• Perfection of Wisdom: An Essential Explanation of the Mantra and the Five Paths, 2014, ASIN B00KCX3IUE
  • The Three Principles of the Path: A Brief Explanation, Jewel Heart, 2014, ASIN B00KDIZBZ8
  • Shantideva's Guide to the Bodhisattva's Way of Life: Chapter 3; Full Acceptance of the Awakening Mind, Jewel Heart, 2013, ASIN B00BUVLZNE
  • 37 Wings of Change, Jewel Heart, 2012, ASIN B006WFKPUM
  • Shantideva's Guide to the Bodhisattva's Way of Life: Chapter 6; Patience, Jewel Heart, 2010, ASIN B00BUYYN3U
  • The Four Mindfulnesses: On the Basis of a Poem by the Seventh Dalai Lama with Commentary by Kyabje Ling Rinpoche, Jewel Heart, 2009, ISBN 193499409X
  • The Four Noble Truths, Jewel Heart, 2009, ISBN 1934994057
  • Shantideva's Guide to the Bodhisattva's Way of Life: Chapter 7; Enthusiasm, Jewel Heart, 2008, ASIN B00BUYYN58
  • GOM: A Course In Meditation, Jewel Heart, 2005, ASIN B004N84VLE
  • Lam Rim: Foundations of the Path, Jewel Heart, 2005, ASIN B00KD3OOLU
  • Transforming Negativities, Jewel Heart, 2004, ASIN B004N63770
  • Catalogue : first exhibition in new Tibet House, (with Gyaltsen Yeshey, Nicholas Ribush, Trisha Donnelly); Tibet House,New Delhi, India), 1979, OCLC Number: 37437276

References[edit]

  1. ^ Tworkov, Helen. "A Lama for All Seasons: An Interview with Gelek Rinpoche". tricycle.org. Tricycle Magazine. Retrieved 31 December 2017. 
  2. ^ "Gelek Rinpoche". fpmt.org/mandala/archives. Mandala Magazine, FPMT. Retrieved 9 March 2018.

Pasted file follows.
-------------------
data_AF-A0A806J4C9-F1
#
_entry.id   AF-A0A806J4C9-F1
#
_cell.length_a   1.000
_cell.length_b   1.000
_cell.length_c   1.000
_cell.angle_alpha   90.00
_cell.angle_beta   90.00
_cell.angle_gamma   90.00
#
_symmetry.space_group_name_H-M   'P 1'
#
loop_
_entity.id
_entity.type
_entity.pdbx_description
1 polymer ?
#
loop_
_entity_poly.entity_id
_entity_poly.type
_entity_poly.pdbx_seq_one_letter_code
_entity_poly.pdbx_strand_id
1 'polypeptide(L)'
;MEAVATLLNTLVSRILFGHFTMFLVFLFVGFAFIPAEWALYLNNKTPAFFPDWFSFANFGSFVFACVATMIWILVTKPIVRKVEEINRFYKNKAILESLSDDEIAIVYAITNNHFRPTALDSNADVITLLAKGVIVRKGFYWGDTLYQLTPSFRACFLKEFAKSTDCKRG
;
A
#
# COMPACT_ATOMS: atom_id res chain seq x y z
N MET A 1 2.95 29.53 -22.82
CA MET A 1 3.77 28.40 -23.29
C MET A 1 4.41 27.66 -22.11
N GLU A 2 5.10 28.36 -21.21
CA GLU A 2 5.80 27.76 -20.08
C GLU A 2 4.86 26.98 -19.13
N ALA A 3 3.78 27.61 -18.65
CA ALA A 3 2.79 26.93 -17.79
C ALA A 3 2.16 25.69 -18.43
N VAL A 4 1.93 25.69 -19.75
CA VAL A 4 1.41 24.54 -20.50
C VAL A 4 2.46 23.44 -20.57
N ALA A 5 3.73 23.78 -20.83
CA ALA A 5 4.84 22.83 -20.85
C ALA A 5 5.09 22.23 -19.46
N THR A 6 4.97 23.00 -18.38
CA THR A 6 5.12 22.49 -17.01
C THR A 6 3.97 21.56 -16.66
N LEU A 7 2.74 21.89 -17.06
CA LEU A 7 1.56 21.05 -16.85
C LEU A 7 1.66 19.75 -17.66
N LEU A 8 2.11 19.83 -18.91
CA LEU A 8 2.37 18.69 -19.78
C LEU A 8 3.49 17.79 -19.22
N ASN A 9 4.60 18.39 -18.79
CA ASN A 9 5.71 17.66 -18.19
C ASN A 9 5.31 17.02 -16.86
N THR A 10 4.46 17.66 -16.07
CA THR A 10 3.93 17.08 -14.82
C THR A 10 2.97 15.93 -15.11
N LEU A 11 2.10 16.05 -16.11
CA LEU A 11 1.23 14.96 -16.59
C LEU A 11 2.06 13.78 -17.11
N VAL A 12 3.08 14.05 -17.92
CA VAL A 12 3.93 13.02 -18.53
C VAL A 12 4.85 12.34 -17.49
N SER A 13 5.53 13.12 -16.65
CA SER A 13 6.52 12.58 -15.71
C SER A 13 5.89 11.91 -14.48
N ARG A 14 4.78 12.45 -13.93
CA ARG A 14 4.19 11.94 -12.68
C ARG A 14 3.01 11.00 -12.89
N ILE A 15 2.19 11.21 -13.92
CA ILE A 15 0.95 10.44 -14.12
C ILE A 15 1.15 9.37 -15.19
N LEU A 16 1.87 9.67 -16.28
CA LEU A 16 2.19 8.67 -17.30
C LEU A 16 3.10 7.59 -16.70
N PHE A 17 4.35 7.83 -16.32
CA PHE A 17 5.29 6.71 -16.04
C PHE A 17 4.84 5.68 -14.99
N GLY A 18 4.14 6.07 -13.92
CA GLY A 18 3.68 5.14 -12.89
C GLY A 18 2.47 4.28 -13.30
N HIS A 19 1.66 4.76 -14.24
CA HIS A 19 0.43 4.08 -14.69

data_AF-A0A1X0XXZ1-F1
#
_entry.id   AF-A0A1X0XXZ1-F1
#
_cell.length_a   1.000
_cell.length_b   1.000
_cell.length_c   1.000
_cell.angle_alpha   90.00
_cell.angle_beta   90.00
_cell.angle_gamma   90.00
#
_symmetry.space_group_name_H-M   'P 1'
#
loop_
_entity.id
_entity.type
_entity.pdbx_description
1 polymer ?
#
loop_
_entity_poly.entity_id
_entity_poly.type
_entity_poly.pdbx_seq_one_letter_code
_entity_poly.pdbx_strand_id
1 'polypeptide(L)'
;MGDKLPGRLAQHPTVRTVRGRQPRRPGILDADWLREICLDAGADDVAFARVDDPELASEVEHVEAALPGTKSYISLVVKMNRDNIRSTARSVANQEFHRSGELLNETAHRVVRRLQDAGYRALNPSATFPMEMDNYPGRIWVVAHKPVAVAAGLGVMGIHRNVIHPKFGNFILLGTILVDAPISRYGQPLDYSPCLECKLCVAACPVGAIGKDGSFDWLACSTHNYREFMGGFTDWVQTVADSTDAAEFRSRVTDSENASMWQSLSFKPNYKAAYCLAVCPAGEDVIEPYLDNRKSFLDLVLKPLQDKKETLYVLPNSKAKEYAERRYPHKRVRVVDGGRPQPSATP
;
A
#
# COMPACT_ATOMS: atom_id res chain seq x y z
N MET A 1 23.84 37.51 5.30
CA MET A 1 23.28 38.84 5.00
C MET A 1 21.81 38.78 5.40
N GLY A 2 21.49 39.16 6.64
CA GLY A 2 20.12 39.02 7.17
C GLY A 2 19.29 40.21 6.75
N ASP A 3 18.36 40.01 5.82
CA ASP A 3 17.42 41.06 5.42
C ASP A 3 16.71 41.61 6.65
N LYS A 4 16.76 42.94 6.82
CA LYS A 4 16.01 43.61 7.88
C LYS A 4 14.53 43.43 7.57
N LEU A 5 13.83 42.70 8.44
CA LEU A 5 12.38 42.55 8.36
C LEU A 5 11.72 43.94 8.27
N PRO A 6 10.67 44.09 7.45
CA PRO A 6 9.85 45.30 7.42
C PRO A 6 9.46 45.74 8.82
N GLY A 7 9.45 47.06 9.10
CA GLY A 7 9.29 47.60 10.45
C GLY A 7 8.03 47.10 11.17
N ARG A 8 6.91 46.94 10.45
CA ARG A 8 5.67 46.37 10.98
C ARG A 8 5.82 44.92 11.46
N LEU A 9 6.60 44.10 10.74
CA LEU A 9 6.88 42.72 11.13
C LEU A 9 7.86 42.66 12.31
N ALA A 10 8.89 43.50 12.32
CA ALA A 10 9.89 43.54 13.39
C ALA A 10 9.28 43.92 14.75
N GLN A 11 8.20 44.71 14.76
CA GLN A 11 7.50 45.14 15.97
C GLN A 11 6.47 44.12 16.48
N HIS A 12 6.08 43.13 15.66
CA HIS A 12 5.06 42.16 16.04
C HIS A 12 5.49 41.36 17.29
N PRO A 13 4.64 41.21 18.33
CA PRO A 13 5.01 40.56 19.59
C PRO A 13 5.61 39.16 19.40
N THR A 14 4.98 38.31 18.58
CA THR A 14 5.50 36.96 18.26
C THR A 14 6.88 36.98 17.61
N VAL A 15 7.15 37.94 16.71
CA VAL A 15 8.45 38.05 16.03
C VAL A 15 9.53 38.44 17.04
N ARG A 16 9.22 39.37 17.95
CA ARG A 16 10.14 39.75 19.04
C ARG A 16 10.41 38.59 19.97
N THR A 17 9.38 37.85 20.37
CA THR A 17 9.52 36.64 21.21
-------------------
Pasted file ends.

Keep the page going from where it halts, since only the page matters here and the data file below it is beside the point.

3. ^ Gehlek, Nawang (2001). Good Life, Good Death: Tibetan Wisdom on Reincarnation. New York: Riverhead Books. pp. Foreword by His Holiness the Dalai Lama. ISBN 9781573221962. 
  4. ^ Mackenzie, Vicki (March 28, 2017). The Revolutionary Life of Freda Bedi: British Feminist, Indian Nationalist, Buddhist Nun. Shambhala. p. 102. ISBN 1611804256. Retrieved 9 March 2018. 
  5. ^ Liozzo, Joe. "Celebrating Gelek Rimpoche". huffingtonpost.com. Huffington Post. Retrieved 9 March 2018. 
  6. ^ "Remembering a Great Teacher: the learned and inspiring Gelek Rimpoche of Jewel Heart International left behind a sparkling jewel of Dharma teachings". buddhaweekly.com. Buddha Weekly. Retrieved 9 March 2018. 
  7. ^ "Art and Impermanence". Rubin Museum of Art. Archived from the original on October 8, 2007. Retrieved 2013-08-18. 
  8. ^ Daniel Silliman (28 December 2017). "A woman who married God, a chess-playing priest and 10 more fascinating religious figures who died in 2017" (web). Retrieved 7 January 2018 – via www.washingtonpost.com.  published as "Intriguing religious figures who died in '17" (print). The Daily Gleaner. January 6, 2018. p. B7. 
  9. ^ "Lifeline". Allen Ginsberg dot org. Archived from the original on September 27, 2007. Retrieved 2013-08-18. 
  10. ^ "The Office of Tibet Mourns the Passing of Kyabje Gelek Rinpoche". tibetoffice.org. The Office of Tibet, Washington, DC. Retrieved 31 December 2017. 
  11. ^ Biddlecombe, Wendy Joan (February 15, 2017). "Tibetan Buddhist Lama Gelek Rimpoche Has Died". Tricycle. Retrieved December 31, 2017. 
  12. ^ Meade Sperry, Rod. "Remembering Gelek Rimpoche, Tibetan Buddhist teacher and author (1939-2017)". lionsroar.com. Lion’s Roar Foundation. Retrieved 31 December 2017. 
  13. ^ Lewis, Craig. "Respected Tibetan Teacher Kyabje Gelek Rinpoche Dies". buddhistdoor.net. Buddhistdoor Global. Retrieved 22 February 2018. 
  14. ^ Magill, Mark. "Remembering Gelek Rimpoche". tricycle.org. The Tricycle Foundation. Retrieved 8 March 2018. 
  15. ^ "Jewel Heart: Remembering the Life of Gelek Rimpoche". beherenownetwork.com. Be Here Now Network. Retrieved 9 March 2018.